World Economy

Factories Price Cuts Toughen ECB Deflation Battle

Factories Price Cuts Toughen ECB Deflation BattleFactories Price Cuts Toughen ECB Deflation Battle

Euro-area factories cut prices in September by the most in more than a year and German manufacturing shrank, underlining the mounting challenge facing Mario Draghi.

Companies are trying to compensate weak demand by charging less. Output prices in the region fell for the first time in five months, according to the report, adding oil to the fire for investors betting on a worsening inflation outlook, Bloomberg reported.

The European Central Bank president is on a mission to avert deflation as the euro region’s economic landscape deteriorates. Purchasing Managers’ Indexes from Markit Economics showed manufacturing also contracted in France, Austria and Greece, with a gauge for the 18-nation region pointing to near-stagnation. A separate report showed spillover to the UK, with factory growth there at a 17-month low.

As the euro area’s economic weakness spreads to countries in the region’s core, the ECB will face increased scrutiny tomorrow when it unveils details of an asset-purchase plan. The fresh round of stimulus comes against a backdrop of weak inflation and stuttering growth, with geopolitical uncertainty and high unemployment weighing on confidence and demand.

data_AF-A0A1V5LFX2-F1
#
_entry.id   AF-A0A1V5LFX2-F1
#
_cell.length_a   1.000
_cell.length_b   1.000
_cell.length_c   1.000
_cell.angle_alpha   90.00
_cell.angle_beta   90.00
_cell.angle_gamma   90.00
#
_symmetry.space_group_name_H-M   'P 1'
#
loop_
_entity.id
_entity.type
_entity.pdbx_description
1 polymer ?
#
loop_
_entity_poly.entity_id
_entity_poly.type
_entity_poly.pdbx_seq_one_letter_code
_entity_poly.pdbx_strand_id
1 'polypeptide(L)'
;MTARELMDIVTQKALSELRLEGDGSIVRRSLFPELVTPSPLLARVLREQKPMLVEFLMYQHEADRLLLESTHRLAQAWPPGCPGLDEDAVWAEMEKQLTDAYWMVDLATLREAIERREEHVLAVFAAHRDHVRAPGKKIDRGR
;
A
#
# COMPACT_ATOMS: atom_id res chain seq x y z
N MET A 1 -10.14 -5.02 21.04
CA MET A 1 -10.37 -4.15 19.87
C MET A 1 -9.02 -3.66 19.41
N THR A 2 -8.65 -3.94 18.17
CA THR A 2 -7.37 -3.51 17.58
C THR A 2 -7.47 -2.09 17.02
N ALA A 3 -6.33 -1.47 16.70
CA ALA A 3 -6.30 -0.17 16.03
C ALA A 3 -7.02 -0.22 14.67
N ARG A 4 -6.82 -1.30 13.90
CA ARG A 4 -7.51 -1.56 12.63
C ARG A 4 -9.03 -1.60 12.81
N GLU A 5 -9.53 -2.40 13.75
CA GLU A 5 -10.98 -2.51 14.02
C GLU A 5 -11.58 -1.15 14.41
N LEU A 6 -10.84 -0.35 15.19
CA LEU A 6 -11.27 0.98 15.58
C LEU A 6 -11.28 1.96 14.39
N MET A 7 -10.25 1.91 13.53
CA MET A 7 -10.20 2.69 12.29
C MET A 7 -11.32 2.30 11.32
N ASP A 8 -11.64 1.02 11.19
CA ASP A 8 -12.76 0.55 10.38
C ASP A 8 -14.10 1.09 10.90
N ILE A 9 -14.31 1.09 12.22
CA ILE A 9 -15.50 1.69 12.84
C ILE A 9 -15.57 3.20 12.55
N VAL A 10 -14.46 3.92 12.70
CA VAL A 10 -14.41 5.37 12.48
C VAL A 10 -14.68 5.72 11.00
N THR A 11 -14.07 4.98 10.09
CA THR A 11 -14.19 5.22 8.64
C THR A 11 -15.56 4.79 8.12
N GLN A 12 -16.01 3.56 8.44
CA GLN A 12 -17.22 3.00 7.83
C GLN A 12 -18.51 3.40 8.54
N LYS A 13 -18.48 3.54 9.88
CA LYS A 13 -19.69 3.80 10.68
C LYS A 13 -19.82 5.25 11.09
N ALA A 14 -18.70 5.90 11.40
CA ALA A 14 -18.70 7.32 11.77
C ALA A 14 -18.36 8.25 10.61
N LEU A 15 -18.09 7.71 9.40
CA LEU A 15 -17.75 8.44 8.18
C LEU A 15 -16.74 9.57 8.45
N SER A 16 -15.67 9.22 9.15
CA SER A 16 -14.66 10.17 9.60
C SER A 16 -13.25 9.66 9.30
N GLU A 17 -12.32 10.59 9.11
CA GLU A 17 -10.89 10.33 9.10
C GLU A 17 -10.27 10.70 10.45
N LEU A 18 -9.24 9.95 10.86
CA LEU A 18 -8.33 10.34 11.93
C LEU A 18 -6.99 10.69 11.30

“It is very hard to put any positive spin” on the data, said Howard Archer, chief European economist at IHS Global Insight in London. “Clutching at straws, the best that can be said is that it indicates that the manufacturing sector is still growing.”

Euro-area manufacturing expanded at the slowest pace in 14 months, according to today’s report. The gauge stood at 50.3 in September, just above the 50 mark that divides expansion from contraction, and below a preliminary estimate of 50.5.

 German Slump

A manufacturing gauge for Germany, once Europe’s export-led powerhouse economy, slid to 49.9, the lowest in 15 months, with new orders falling at the fastest pace since 2012. By contrast, factory activity in Italy returned to growth, with expansions also registered in Spain, the Netherlands and Ireland.

In the euro area, new orders fell for the first time since June 2013 due to weak domestic demand and waning exports, Markit said, casting doubt on forecasts that the industry will pick up toward the end of the year.

The euro slid after the German report and was down 0.2 percent at $1.2604 as of 11:18 a.m. Frankfurt time. It fell to a two-year low of $1.2571 yesterday.

It makes for “gloomy reading,” Chris Williamson, chief economist at Markit in London, said of the PMI report. Markit’s manufacturing gauge for the UK fell to 51.6 in September, the lowest since April 2013, from 52.2 in August. A measure of export orders also dropped and Markit blamed the weakness on the “on-going lethargy of the euro zone.”

In the euro area, the ECB last month predicted economic growth of 0.9 percent this year, followed by expansions of 1.6 percent and 1.9 percent in 2015 and 2016, respectively.